Many STs will repay some preliminary research. That is why the first practical exercise in this course is a piece of intralingual translation in English. Recast the story in different words. These examples illustrate what is surely a fundamental maxim of translation.
As a rule. In this case. And the LORD said. God punished humankind with a flood but saved Noah. Therefore is the name of it called Babel. So the LORD scattered them abroad from thence upon the face of all the earth: This is the system you should use whenever you annotate your own TTs.
Source text AND the whole earth was of one language. Go to. The tutor will give you any necessary contextual information. And they had brick for stone. And they said one to another. Insert into your TT a superscript note-number after each expression you intend to discuss. The best way of making sense of it is to read Genesis 10 and 11 of which it is the start. Genesis And it came to pass. And the LORD came down to see the city and the tower.
Flag for inappropriate content. Related titles. Jump to Page. Search inside document. Thinking Spanish Translation The new edition of this comprehensive course in Spanish—English translation offers advanced students of Spanish a challenging yet practical approach to the acquisition of translation skills, with clear explanations of the theoretical issues involved.
Titles of related interest Thinking Arabic Translation A course in translation method: Jon and Jake. Lisa and Alex. Agnes Jahn. We have, therefore, tried to emphasize throughout the need to recognize options and weigh up alternatives, the need for rational discussion, and the need for informed decision making.
All the material in the course expository and practical alike is intended not for silent consumption, but for animated discussion between students and between students and tutor. In fact, we have found that many of the practicals are best done by students working in small groups and reporting their findings to the class.
Each chapter is, therefore, intended to stimulate and support tutorstudent discussion at an early stage in the corresponding practicals; this is because we are not trying to inculcate this or that particular theory or method, but simply to foster the general principle that, whatever approach the translator adopts, it should be self-aware and methodical.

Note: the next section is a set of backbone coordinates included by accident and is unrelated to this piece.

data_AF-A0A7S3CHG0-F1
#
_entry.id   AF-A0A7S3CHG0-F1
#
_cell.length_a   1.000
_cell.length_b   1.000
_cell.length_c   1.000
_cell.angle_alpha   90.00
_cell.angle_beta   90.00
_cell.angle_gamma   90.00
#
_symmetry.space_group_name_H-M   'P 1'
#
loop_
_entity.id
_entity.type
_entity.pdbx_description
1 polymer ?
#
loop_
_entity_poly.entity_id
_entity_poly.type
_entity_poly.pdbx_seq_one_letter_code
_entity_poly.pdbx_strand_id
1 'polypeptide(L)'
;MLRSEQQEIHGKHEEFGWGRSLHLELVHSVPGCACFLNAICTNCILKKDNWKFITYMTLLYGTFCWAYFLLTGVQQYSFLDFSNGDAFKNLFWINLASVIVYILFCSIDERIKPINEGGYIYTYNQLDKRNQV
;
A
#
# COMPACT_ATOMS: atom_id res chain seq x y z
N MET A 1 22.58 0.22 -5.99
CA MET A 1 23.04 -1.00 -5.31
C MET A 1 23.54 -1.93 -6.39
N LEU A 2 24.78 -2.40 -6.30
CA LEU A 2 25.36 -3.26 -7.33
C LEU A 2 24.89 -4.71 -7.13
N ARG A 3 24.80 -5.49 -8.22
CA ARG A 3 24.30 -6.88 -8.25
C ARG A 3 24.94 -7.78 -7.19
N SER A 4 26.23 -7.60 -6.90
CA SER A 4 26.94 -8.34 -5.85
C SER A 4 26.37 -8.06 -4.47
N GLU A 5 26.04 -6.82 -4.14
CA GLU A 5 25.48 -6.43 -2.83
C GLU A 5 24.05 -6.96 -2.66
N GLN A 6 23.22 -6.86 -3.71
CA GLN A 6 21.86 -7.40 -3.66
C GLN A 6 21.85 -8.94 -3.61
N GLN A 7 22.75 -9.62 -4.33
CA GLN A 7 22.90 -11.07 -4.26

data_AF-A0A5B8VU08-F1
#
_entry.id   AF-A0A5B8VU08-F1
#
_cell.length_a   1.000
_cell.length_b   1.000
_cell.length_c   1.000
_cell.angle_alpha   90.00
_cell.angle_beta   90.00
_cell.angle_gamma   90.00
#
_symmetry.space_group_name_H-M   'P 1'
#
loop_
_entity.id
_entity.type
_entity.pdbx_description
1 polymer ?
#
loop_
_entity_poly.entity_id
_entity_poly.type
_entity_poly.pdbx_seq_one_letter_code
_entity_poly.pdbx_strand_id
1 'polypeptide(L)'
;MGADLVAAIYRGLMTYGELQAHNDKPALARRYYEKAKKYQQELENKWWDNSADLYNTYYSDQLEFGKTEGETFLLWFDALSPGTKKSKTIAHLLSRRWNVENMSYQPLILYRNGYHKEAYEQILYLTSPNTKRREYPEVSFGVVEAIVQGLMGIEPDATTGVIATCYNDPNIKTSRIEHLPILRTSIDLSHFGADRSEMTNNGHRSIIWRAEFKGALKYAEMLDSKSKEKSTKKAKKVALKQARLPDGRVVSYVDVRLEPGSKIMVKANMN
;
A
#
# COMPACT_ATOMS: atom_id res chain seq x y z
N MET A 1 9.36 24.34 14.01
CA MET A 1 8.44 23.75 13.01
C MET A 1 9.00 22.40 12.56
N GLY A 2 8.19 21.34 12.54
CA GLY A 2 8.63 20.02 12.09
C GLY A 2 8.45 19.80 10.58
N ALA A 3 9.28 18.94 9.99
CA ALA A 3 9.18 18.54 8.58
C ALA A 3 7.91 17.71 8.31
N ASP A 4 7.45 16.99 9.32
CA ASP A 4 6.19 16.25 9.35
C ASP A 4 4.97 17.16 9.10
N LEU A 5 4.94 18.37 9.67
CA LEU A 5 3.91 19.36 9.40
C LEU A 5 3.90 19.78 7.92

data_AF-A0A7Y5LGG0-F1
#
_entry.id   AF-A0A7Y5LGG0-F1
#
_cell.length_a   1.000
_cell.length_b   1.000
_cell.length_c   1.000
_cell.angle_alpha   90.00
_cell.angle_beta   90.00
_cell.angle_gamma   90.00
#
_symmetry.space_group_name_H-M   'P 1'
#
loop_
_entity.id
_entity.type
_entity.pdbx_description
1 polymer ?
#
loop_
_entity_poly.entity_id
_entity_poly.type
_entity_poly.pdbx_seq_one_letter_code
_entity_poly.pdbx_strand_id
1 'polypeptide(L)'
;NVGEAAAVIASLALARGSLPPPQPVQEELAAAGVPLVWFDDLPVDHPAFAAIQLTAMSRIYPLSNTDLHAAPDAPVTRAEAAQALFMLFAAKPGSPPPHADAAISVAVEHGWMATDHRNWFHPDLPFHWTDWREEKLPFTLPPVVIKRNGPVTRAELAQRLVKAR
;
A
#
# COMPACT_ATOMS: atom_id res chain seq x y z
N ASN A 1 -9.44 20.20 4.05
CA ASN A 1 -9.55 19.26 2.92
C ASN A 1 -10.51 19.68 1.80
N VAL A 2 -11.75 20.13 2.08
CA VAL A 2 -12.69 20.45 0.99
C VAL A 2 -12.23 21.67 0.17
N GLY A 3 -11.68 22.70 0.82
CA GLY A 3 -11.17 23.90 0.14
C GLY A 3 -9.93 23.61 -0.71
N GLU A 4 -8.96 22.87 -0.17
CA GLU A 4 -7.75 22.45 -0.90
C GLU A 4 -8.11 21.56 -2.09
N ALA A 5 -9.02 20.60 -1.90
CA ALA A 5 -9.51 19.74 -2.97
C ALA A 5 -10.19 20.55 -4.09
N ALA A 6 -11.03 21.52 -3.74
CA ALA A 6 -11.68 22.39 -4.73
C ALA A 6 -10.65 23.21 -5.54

While the course we are presenting is a progressively designed whole, it is divided into a series of successive units intended to fit into an academic timetable.
Each unit consists of a chapter outlining a set of related notions and 4 Introduction problems, and an accompanying set of exercises in which students are given concrete translation tasks, working on textual material to which the notions and problems outlined in the chapter are particularly relevant.
The fifteen units can be managed to fit into different course lengths. Depending on the type of course a particular tutor chooses to give, some chapters can be taken together, such as the first and second, the eight and ninth, and the tenth and eleventh.
Likewise, more or less time can be spent on the chapters on specialist, technical, institutional and consumer-oriented translation. Ideally, each unit needs between ninety minutes and two hours of seminar time, and students are also required to prepare in advance for group discussion of the chapter.
In practice, however, we have found that if almost no material is given unseen and students prepare thoroughly prior to class, then the course can be delivered in sessions of fifty minutes, with plenty of time for discussion. Some of the practicals will be done at home sometimes individually, sometimes in groups and handed in for comment by the tutor. How often this is done will depend on local conditions; in our situation we have found that once a fortnight works well.
When an exercise is done at home, this implies that some time should be devoted in the following class to discussion of the issues raised. More comprehensive suggestions for teaching and assessment can be found in the Teachers Handbook.
Students doing the course often enquire about the possibility of translation as a career. British Institute of Translation and Interpreting www. Chartered Institute of Linguists www. American Translators Association www. Owens, Rachel ed. The abbreviations used in the book are explained in Chapter 1.
As for symbols, only one needs any comment: the slash in examples where alternative Introduction translations are given. Please note, some of the practicals in the course involve work on texts that are not contained in the present volume, but intended for distribution in class. These texts are found in Louise M.
The table set out below provides a summary of the specific aspects of translation discussed in the central chapters of this book 4 to Each section of the table each filter represents a phase of the analysis of a source text required in order to identify its salient characteristics and determine priorities for translating it. In conjunction with the practical purpose for which a translation is being carried out, systematic analysis of the features of the source text and their relative importance is crucial to the formulation of a translation strategy.
The schema provides a checklist of tests that can be carried out on any text to be translated, which can be visualized as a series of filters collecting and sorting relevant textual properties so that their importance for the translation process can be gauged.
Different kinds of text will deposit different mixes of significant material: for example, the prosodic level will probably rank as minimally important in scientific texts but as maximally important in some poetic genres, and certain filters or levels will be found to contribute no textually relevant features. It should also be said that source texts are not the only material that can be passed through the elements of the proposed battery of filters.
The process can be applied to translated texts in draft form before they are finalized, comparing their features with those of the source text, or to published translations as a means of evaluating their success. The analogy of filters is a mechanical one, and in this lies a serious danger of misunderstanding. We do not wish to imply that our schema is intended as a means of mechanizing the process of translation; on the contrary, we believe this process to be an intelligent and humanistic one involving personal, and in the final analysis subjective, choices made by the translator.